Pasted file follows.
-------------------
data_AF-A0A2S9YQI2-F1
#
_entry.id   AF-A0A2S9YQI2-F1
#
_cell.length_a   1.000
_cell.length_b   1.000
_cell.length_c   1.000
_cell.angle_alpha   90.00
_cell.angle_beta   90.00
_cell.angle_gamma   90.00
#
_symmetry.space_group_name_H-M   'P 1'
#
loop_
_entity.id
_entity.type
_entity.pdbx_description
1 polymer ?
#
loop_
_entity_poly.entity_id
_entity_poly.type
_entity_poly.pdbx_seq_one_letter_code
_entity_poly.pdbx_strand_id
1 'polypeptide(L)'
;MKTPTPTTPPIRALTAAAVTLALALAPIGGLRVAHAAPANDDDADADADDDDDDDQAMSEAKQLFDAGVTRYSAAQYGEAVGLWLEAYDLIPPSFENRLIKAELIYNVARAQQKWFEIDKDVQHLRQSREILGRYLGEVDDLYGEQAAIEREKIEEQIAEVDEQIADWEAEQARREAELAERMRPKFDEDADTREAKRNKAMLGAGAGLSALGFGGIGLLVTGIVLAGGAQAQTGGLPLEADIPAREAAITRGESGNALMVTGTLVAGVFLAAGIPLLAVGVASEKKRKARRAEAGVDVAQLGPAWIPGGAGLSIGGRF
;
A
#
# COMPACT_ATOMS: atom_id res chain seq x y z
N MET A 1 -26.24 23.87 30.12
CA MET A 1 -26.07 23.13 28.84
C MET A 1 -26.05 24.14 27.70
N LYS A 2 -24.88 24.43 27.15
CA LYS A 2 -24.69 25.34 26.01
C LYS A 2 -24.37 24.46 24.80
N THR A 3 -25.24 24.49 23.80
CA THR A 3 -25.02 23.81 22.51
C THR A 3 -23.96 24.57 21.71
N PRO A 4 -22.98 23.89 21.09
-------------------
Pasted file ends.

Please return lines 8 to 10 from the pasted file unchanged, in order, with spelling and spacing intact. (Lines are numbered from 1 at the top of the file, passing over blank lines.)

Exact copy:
_cell.angle_alpha   90.00
_cell.angle_beta   90.00
_cell.angle_gamma   90.00